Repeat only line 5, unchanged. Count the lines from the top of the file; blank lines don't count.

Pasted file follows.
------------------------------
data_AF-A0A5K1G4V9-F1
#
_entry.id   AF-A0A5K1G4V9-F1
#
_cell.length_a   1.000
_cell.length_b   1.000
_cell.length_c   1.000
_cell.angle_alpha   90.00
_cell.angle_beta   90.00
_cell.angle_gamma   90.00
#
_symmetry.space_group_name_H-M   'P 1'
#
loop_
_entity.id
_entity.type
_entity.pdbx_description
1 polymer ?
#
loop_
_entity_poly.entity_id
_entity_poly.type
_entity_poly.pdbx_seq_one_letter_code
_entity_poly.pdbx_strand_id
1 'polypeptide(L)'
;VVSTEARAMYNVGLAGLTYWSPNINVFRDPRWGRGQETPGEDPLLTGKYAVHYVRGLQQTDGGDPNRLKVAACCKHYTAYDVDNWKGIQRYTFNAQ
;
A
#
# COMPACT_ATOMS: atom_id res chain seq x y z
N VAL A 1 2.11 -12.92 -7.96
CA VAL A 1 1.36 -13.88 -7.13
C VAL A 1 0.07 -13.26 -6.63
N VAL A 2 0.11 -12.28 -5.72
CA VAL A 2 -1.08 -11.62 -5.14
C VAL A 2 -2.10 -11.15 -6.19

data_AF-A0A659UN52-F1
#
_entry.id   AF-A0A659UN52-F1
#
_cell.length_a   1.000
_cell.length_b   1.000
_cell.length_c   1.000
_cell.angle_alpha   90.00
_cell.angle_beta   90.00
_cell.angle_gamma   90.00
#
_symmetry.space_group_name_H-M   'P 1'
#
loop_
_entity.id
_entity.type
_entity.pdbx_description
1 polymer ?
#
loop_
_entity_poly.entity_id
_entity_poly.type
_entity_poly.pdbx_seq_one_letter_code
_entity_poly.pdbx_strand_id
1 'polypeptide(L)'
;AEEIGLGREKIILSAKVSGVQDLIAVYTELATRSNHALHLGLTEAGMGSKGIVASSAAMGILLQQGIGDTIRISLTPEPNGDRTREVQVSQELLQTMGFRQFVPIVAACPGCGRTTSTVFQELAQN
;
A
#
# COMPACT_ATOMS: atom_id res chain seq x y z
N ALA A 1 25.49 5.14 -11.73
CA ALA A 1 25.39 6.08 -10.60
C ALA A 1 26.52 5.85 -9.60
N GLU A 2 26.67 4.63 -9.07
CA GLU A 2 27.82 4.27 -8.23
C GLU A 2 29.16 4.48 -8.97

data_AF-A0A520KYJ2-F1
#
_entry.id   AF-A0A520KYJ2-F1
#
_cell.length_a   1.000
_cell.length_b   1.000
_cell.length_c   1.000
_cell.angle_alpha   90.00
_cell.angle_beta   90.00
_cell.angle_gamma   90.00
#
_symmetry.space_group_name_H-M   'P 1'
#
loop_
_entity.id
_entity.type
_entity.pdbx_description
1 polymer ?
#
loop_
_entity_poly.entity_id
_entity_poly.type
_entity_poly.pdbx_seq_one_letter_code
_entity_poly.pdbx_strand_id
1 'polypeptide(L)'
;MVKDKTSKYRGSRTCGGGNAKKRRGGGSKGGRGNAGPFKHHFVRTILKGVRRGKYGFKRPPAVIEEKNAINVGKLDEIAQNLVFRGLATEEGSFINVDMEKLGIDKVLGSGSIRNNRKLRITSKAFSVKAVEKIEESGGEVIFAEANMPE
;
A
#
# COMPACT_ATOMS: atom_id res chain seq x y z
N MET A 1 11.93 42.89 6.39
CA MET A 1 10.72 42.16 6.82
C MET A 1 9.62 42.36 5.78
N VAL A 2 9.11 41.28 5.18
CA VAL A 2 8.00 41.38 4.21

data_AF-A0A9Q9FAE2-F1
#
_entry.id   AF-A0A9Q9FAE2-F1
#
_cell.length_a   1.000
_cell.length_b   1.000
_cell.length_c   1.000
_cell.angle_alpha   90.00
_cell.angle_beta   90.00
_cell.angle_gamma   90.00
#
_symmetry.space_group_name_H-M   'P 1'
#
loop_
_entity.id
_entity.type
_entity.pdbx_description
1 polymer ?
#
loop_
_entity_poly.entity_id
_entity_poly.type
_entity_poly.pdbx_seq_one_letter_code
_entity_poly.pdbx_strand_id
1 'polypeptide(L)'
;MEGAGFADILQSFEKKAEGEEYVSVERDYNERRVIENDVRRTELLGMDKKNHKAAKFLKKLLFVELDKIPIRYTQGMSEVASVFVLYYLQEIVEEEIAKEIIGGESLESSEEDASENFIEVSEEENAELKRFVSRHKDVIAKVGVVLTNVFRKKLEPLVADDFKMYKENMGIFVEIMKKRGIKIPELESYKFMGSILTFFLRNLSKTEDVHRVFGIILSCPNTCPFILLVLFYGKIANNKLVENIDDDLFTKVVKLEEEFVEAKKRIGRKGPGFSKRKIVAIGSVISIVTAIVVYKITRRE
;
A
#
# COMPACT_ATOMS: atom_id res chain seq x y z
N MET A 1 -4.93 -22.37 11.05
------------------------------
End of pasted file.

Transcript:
_cell.length_a   1.000